As we see it, the court must first determine the exact criteria of an affirmative claim for recovery based on economic duress under Texas law. See n. 11. Then, the court must consider whether there was sufficient evidence, under the Boeing standard, to support a verdict for Lee on economic duress--apart from any fiduciary duty breach by Wal-Mart. If there is such evidence, a new trial will be necessary, and the subsidiary issues noted above may have to be resolved.


For the foregoing reasons, we have determined that no fiduciary duty existed between Lee and Wal-Mart. Although no judgment could be entered for Lee on this claim or on the fraud claim which assumed the existence of a breach of fiduciary duty, Lee may have asserted a claim for economic duress that will support a judgment. Because so much of the trial turned originally on the fiduciary duty question, and because fraud and duress were submitted as alternative theories in one jury interrogatory, we must vacate and remand for further proceedings as above described.

The judgment of the district court is AFFIRMED in part, VACATED and REMANDED in part.


Interrogatories concerning Wal-Mart's alleged failure to perform "any agreement" to execute a lease on the Daingerfield, Texas, property were answered in Lee's favor by the jury. Lee does not, however, rest his request for entry of judgment on those interrogatories


During its charge conference, the trial court presciently predicted the difficulty of resolving conflicts in the jury's answers to special interrogatories. The following discussion vindicates this concern


In a variation on this theme, Lee and Wal-Mart jointly developed a property in Carrizo Springs, in which Wal-Mart built its own store, and Lee built a shopping center around it. On other occasions, Lee took options on land that Wal-Mart later purchased to build its own Texas stores, paying Lee a real estate broker's commission for his efforts


Lee relies on two Texas cases for this proposition: Thywissen v. Cron, 781 S.W.2d 682, 686 (Tex.Civ.App.--Hou. [1st Dist.] 1989, writ denied); and Trevino v. Brookhill Capital Resources, Inc., 782 S.W.2d 279, 282 (Tex.Civ.App.--Hou. [1st Dist.] 1989, writ denied). The district court rejected Lee's argument because the Texas Supreme Court has permitted estoppel and ratification as defenses in a case involving former medical partners who unquestionably were fiduciaries. Daniel v. Goesl, 341 S.W.2d 892, 895 (1961). Recent Texas cases implicitly recognize the viability of defenses such as estoppel and ratification to claims between fiduciaries. Spangler v. Jones, 797 S.W.2d 125, 129 (Tex.Civ.App.--Dallas 1990); Johnson v. J. Hiram Moore, Ltd., 763 S.W.2d 496, 499 (Tex.Civ.App.--Austin 1988, writ denied)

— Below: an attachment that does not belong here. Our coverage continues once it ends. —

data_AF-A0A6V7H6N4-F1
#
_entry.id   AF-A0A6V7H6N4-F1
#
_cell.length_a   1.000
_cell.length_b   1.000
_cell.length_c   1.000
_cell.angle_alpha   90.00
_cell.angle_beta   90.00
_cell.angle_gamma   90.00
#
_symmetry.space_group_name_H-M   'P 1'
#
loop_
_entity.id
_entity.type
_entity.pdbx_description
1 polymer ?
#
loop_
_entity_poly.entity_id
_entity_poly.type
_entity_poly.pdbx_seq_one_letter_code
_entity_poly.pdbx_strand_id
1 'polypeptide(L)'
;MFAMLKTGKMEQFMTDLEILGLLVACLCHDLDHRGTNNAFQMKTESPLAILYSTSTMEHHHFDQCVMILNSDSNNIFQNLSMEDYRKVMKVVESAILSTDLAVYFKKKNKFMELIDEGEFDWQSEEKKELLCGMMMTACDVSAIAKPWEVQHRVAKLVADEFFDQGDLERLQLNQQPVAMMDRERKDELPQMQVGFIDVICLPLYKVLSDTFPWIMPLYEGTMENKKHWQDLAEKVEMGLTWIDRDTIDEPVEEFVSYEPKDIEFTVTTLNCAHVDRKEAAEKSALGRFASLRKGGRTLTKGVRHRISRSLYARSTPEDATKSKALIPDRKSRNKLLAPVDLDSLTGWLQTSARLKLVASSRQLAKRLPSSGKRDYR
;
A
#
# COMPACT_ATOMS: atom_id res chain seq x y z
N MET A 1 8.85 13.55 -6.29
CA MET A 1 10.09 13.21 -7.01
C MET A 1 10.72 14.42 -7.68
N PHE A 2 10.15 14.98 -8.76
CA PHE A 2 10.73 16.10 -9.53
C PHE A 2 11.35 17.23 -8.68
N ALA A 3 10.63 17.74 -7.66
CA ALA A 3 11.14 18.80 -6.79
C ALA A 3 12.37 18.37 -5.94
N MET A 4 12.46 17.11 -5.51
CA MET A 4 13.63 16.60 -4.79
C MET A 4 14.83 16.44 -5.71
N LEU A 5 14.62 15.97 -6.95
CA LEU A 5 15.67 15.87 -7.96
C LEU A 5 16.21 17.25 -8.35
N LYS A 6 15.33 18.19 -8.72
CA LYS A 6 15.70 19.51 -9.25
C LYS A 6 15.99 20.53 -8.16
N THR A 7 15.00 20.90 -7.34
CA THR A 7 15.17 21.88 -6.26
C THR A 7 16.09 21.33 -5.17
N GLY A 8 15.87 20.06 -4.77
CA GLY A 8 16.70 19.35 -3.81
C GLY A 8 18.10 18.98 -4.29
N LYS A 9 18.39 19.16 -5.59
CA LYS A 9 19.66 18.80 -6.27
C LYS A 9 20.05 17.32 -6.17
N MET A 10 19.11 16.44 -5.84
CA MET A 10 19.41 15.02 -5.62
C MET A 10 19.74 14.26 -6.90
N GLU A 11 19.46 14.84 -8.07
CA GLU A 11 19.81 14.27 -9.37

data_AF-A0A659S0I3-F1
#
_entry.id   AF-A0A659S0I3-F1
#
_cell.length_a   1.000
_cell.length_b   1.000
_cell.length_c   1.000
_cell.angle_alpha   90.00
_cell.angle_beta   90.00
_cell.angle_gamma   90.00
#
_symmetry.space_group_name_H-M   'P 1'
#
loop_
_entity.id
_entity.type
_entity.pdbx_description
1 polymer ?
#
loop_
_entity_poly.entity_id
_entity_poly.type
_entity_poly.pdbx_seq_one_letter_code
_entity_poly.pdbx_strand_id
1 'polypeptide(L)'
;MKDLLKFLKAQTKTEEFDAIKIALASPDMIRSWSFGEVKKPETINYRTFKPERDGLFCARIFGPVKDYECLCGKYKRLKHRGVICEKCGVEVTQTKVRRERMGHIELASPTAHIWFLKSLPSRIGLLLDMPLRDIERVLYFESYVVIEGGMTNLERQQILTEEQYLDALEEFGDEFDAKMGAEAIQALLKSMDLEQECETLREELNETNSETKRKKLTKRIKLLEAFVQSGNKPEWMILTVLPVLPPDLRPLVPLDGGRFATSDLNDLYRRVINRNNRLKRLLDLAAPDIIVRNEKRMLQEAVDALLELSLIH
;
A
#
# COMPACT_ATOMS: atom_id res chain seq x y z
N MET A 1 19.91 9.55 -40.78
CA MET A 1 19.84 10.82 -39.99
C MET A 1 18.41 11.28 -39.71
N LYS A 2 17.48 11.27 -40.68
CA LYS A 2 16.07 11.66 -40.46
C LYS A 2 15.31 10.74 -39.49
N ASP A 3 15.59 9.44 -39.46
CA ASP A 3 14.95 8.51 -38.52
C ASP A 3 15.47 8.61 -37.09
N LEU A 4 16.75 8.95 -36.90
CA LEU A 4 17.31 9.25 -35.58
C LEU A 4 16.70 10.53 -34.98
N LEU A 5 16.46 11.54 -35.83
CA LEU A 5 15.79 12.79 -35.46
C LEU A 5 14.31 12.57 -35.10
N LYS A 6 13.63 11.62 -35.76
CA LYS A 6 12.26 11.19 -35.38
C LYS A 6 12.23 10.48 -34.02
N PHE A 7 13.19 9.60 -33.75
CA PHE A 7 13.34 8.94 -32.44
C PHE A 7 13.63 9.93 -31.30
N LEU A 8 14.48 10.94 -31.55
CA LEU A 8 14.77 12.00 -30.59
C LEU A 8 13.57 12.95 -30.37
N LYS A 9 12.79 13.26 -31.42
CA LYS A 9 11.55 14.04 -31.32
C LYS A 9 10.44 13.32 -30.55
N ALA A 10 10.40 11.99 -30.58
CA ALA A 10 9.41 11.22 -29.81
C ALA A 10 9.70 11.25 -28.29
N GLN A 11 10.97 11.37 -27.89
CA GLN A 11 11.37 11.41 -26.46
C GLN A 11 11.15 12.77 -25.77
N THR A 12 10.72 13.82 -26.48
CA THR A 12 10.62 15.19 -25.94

In addition to defending against Lee's attacks on the district court's judgment, Wal-Mart repeatedly challenged the jury's antecedent finding that a fiduciary relationship existed between Lee and Wal-Mart. Cf. Hoyt R. Matise Co. v. Zurn, 754 F.2d 560, 565 n. 5 (5th Cir. 1986) ("Even though an appellee has not filed a cross appeal, he may take the position on appeal that the record supports the court's judgment on any ground, including one rejected or ignored in the lower court.")


Certain relationships embody fiduciary responsibilities as a matter of law: those of partners, attorney-client, principal-agent. See Crim Truck, --- S.W.2d at ----


There is no question that the jury was properly instructed on the issue of fiduciary duty


See, e.g., Schiller v. Elick, 240 S.W.2d 997, 1000 (Tex.1951); Fitz Gerald v. Hull, 237 S.W.2d 256, 261 (Tex.1951); MacDonald v. Follett, 180 S.W.2d 334, 339 (Tex.1944); Gaines v. Hamman, 358 S.W.2d 557 (1962)


See, Schiller, supra; Fitz-Gerald, supra (prospective joint venturers); Texas Bank and Trust Co. v. Moore, 595 S.W.2d 502, 507 (Tex.1980)


Economic duress is defined as a tort in Texas, Housing Authority of City of Dallas v. Hubbell, 325 S.W.2d 880, 902 (Tex.Civ.App.--Dallas 1959, writ ref. n.r.e.), although few Texas cases have awarded recovery on this "tort." But see State Nat'l. Bank v. Farah Mfg. Co., 678 S.W.2d 661 (Tex.App.--El Paso 1984, writ dism. by agr.). The test for duress includes the following factors:

(1) there can be no duress unless there is a threat to do some act which the party threatening has no legal right to do; (2) there must be some illegal exaction or some fraud or deception; (3) the restraint must be imminent and such as to destroy free agency without present means of protection. (Citing cases.)

Tower Contracting Co., Inc. of Texas v. Burden Bros., Inc., 482 S.W.2d 330, 335 (Tex.Civ.App.--Dallas 1972, writ ref'd. n.r.e.) Further, economic duress can be claimed only when the party against whom it is claimed was responsible for a claimant's financial distress. First Texas Sav. Ass'n. of Dallas v. Dicker Center, Inc., 631 S.W.2d 179, 185-86 (Tex.Civ.App.--Dallas 1982). The jury interrogatory and charge on economic duress did not incorporate all of these elements. Ratification is a defense to a claim of economic duress. Id. 186.